3. Communicate

Communications with our team members, dispatch, and the target vehicle occupants are all vital. Emotions can be elevated so our communications need to be clear and concise to all parties involved. A primary officer should be responsible for the call-out procedures to target vehicle occupants and other on-site officers should only verbally address these subjects on situations dealing with a safety issue.

4. Teamwork

These are tactical situations which call for a tactical response. Everybody needs to be working to be part of the solution and not part of the problem. Officers need to understand their coverage areas and responsibilities.

5. Training

To accomplish being a well-oiled machine will require regular training. In-house training is vital but since these are mobile situations consider training with other area agencies. Prior training gives us a sense of familiarity with team members, a sense of been there and done that.

6. Flexibility

A flexible mindset will always be important to handling critical incidents. No two situations are the same and Murphy is always on our shoulder. Avoid tunnel vision and be aware of your total surroundings. Often the subject vehicle is not our only threat.

7. Tire Deflation Devices

I throw this in and understand not all high risk stops allow or call for the use of tire deflations devices. Many do however, and when this does apply you must have the attitude if you can’t deploy these from a 100% position of safety, then do not deploy them. These devices reduce the speed of vehicles and don’t necessarily end them. We are losing too many officers while attempting to utilize this equipment.

8. Weapons Safety

I am a firm believer in that the basics will never let you down. Your finger is off the trigger unless you have made a conscious decision to pull the trigger. Muzzle discipline is important as well for safety. We don’t necessarily have to have our weapons pointed at the target vehicle occupants in all situations and sure don’t want to “flag” our fellow law enforcement professionals. They have enough to worry about with suspects instead of what fellow team members are doing.

9. Control the Hands

When removing occupants from our stopped vehicle we need to see and control their hands. These are instrumental in doing us harm. Having additional vehicle occupants keeping their hands in plain sight is also important. If a subject is armed, never allow them to touch the weapon and instead make it clear to keep their hands away or we will take action. Too many things can go wrong allowing subjects who are nervous and possibly under the influence, of getting their hands near a weapon.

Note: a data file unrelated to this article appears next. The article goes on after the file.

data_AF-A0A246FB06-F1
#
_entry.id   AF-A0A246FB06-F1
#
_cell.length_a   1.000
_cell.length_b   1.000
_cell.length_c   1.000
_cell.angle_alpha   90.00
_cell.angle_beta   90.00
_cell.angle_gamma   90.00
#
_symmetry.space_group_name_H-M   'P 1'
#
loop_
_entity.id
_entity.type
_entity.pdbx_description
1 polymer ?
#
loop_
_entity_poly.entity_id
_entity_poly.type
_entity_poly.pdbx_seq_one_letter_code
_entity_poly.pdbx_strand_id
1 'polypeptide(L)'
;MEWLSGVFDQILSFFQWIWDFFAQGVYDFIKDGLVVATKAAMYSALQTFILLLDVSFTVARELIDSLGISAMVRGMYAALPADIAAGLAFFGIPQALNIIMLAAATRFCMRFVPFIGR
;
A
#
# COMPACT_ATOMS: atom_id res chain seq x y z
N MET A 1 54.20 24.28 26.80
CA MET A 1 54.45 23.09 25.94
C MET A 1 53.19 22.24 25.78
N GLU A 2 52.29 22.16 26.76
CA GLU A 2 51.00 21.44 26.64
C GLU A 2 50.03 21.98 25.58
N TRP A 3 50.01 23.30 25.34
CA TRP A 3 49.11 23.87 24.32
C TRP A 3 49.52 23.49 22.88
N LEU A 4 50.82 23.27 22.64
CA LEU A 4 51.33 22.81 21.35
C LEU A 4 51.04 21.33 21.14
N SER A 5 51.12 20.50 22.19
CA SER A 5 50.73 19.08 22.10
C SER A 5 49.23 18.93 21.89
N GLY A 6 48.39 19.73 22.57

10. Professionalism

We live in a society where cameras are everywhere. Your bodycams, dashcams, surveillance cameras, and of course cell phones are possibly recording your interactions. Being the consummate professional with your conduct will mitigate bad outcomes and bad optics. Professionals who are clear and concise with their actions and verbal direction will better guarantee the most successful outcomes for all involved.

Free Training Resources

The United States Deputy Sheriff's Association is dedicated to officer survival training and provides free training courses to departments. More information on the courses available to departments can be found on the association’s website.

Courses offered include:

  • Instinctive Hand-to-Hand Combat Training for Officer Survival
  • Active Shooter Response / Tactical Entry Training for Officer Survival
  • Felony and High-Risk Vehicle Stop Training for Officer Survival

About USDSA

The United States Deputy Sheriff’s Association is a 501(c)(3) national non-profit organization dedicated to the assistance and support of law enforcement, their families, and their communities through equipment, training, End of Watch donations, and citizen awareness programs. In addition to providing free training, the organization also donates much needed safety equipment to smaller, underfunded law enforcement entities at no charge to the department, including ballistic body armor, preliminary breath testers, drug identification kits, emergency belt trauma kits, tactical flashlights, traffic safety vests, first aid kits, and other safety equipment.

Author

Wayne Parham
Wayne Parham

Senior Editor

Wayne Parham is Senior Editor at POLICE Magazine and PoliceMag.com and has more than three decades of experience covering public safety and government.

View Bio

Wayne Parham is Senior Editor at POLICE Magazine and PoliceMag.com and has more than three decades of experience covering public safety and government.

View Bio
0 Comments